The Other Side of the Table (A Review)

otherside of table

This is the first book of Madhumita Mukherjee. I came across this book in a blog who had reviewed the book. Also, the blurb of the book looked fascinating to me. I was intrigued by the fact that can a story be told successfully with a series of letters between two persons? I was delighted after I finished the book. It takes us to those days when writing a letter was considered special, personal and worth the wait.  I was transported to those days when I also had a pen-friend (who slowly & sadly, got lost in time).

The book tells about the story of Abhi & Uma in a series of letters they write to each other, expanding from the year 1990 to 1999. Abhi, training to be a neurosurgeon, lived in London & Uma, a student of medicine, in Calcutta. They had an age gap of 10 years between them, but that did not stop them from being close friends. In spite of the gap of age and miles between them they shared everything with each other – what happens in their lives, ask for advice on issues and share their desires and heartbreaks as well. They also argued, cried, fought and laughed through their letters. For each other, they were the pillars of strength and support.

I was charmed with the letters written by the two of them. Sometimes they ended with “take care”, sometimes with “truly yours” sometimes “reply soon” or sometimes “love”. And the last letter written by Abhi was the best and most beautiful of them all. I felt as if I was waiting for this for a long time.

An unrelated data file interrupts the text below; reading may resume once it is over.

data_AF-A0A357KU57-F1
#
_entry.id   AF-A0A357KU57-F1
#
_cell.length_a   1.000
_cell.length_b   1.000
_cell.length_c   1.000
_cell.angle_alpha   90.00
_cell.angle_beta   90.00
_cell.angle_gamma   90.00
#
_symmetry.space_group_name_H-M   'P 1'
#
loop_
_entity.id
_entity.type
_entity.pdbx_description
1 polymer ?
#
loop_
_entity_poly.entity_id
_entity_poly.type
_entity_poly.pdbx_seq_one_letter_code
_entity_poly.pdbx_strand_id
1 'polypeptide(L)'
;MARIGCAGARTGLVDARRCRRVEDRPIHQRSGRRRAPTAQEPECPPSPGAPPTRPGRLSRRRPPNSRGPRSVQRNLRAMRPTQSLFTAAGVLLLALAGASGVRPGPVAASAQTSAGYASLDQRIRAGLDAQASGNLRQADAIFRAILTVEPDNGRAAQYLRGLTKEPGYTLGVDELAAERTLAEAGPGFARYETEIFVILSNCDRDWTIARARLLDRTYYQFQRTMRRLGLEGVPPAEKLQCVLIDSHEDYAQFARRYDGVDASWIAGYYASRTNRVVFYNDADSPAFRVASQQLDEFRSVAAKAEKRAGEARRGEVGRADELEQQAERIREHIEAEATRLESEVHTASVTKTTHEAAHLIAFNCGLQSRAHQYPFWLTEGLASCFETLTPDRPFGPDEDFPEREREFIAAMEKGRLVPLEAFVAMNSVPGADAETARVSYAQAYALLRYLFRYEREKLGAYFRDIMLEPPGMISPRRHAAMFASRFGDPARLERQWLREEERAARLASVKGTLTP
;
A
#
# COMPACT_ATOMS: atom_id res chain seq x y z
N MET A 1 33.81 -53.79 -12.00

I was a bit out-of-sync with the medical jargons but other than that, for me, the book was an easy read. The myriad of emotions are conveyed with a sense of maturity. We can actually witness the lives of Abhi & Uma growing and changing over the years. One of the best things about the book for me is the feeling of subtleness, without any piece of melodrama.

It’s a lovely & mature story told well. A definite must-read.

Some excerpts from the book that I loved and also made me ponder upon:

“And as I sat there smiling at him, I wanted him to know what I wanted, and then give that to me too. It’s crazy really, what we expect from people. I suspect we girls want the man in our life to be a mind reader and a wish fulfilling fairy godmother, all at once. But we want what we want and I so want to hear those three words….from him. Now, you may say, what’s in a phrase? But hey, there is a world in that phrase.” (Uma)

“ So you want an ‘I love you’……And why not? In this matter, I won’t say what you think I will. I couldn’t. Yes, it is an overused phrase, and often it is used without much meaning attached to it. However, the very first time, said at the right time, by the right person, and in the right way, it still is, and always will be, the only phrase that can stop you in your tracks….. that can, almost, change your life. One moment everything is ordinary and humdrum, and the next moment it’s all transformed. It’s a declaration, an affirmation, a rush-of-blood-to-your-head moment……” (Abhi)

“Is he good enough for me? Me being the most important person in the world (that is to myself). That’s the bottom line Uma. To each of us, we are the centre of the world. The only life that really matters”. (Abhi)

“Sometimes, I just hate “things”. The pleasure we get out of acquiring things is so shallow and short lived”. (Abhi)

“We are all capable of envy, sadly. It gets to us, when we are miserable and weak. We do not have control over stray thoughts that wander into or mind. But we do have control over our actions….”. (Uma)

“After all thise years of caring so much for other people’s opinions, I simply can’t be bothered anymore. Sometimes the urge to take a leap is so strong, you feel you must jump in, without caring whether you will sink or swim”. (Uma)

Image: Goodreads

This review has been submitted as a part of my Indian Quills Challenge 2013 (read about the challenge here)

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